Neurobiological Parallels, Overlaps, and Divergences of Sleep and Anesthesia
TLDR
Increasingly, the overlaps and divergences between components of sleep and specific anesthetic agents are offering insight into the neurochemical mechanisms and fundamental brain circuitry involved in the induction and maintenance of unconsciousness. Expand
A Common Neuroendocrine Substrate for Diverse General Anesthetics and Sleep
TLDR
A core ensemble of hypothalamic neurons in and near the supraoptic nucleus, consisting primarily of neuroendocrine cells, which are persistently and commonly activated by multiple classes of GA drugs are discovered, which identify a common neural substrate underlying diverse GA drugs and natural sleep and reveal a crucial role of the neuro endocrine system in regulating global brain states. Expand
Mechanisms of general anesthetic action: Focus on the cellular network
TLDR
Several lines of evidence suggest that disruption in brain network connectivity is important for anaesthesia-induced loss of consciousness and this is discussed in relation to morphological changes. Expand
The Neural Circuits Underlying General Anesthesia and Sleep.
TLDR
Modern neuroscience techniques that enable the manipulation of specific neural circuits have led to new insights into the neural circuitry underlying general anesthesia and sleep, and it is likely that each class of anesthetic drugs produces a distinct combination of subcortical and cortical effects that lead to unconsciousness. Expand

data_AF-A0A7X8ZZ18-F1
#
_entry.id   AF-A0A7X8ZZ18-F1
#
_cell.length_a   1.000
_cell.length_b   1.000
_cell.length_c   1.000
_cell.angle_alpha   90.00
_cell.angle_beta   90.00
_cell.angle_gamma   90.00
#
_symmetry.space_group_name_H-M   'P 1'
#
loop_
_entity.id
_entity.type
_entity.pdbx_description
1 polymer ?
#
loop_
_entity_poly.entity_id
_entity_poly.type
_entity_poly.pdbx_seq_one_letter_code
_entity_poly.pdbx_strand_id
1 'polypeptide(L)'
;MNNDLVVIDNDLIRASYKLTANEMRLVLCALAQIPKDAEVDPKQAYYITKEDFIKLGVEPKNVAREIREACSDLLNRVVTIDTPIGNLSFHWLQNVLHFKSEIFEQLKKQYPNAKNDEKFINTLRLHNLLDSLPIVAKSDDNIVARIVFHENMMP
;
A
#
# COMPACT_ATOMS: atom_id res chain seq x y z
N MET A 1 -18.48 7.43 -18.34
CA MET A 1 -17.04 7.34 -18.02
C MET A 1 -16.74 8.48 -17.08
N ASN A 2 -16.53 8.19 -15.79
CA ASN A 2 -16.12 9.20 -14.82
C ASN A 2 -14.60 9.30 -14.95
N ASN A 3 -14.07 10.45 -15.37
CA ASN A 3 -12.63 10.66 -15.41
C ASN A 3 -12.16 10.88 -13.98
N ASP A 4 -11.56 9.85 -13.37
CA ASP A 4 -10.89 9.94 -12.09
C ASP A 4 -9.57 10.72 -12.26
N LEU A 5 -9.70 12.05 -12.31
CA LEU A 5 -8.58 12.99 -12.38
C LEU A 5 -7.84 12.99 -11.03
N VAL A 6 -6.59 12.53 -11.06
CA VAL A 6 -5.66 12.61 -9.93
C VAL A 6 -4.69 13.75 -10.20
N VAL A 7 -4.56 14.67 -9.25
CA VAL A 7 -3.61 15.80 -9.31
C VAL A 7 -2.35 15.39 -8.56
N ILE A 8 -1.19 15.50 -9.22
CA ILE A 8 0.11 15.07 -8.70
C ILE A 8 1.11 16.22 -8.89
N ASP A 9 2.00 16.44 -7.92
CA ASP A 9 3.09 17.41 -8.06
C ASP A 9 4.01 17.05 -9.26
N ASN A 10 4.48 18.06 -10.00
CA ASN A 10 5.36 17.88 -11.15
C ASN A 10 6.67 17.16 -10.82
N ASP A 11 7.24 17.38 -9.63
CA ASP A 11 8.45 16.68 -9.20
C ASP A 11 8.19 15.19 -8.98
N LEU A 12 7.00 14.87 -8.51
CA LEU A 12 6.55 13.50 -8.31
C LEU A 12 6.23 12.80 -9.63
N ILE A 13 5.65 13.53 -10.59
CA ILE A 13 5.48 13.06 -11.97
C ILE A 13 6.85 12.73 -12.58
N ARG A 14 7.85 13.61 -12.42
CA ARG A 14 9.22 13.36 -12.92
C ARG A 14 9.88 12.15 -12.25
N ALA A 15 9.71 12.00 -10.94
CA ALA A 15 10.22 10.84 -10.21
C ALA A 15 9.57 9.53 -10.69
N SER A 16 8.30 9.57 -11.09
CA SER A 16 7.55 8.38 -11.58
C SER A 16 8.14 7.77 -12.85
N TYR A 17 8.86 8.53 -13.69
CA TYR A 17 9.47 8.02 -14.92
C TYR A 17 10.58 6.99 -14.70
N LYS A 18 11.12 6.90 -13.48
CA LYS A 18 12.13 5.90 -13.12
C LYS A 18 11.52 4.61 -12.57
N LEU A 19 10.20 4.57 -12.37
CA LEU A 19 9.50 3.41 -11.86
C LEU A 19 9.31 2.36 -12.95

...
1
2
3
4
5
...

References

SHOWING 1-10 OF 240 REFERENCES
Sleep, Anesthesiology, and the Neurobiology of Arousal State Control
TLDR
This review considers 40 yr of research regarding the cellular and molecular mechanisms contributing to arousal state control and provides overwhelming support for the view that decrements in vigilance can negatively impact performance. Expand
Molecular and neuronal substrates for general anaesthetics
TLDR
The neuronal systems that are thought to be involved in mediating clinically relevant actions of general anaesthetics are described and how the function of individual drug targets, in particular GABAA-receptor subtypes, can be revealed by genetic studies in vivo is discussed. Expand
Molecular and cellular mechanisms of general anaesthesia
TLDR
It is now clear that anaesthetics act directly on proteins rather than on lipids, with potentiation of postsynaptic inhibitory channel activity best fitting the pharmacological profile observed in general anaesthesia. Expand
Volatile general anaesthetics activate a novel neuronal K+ current
TLDR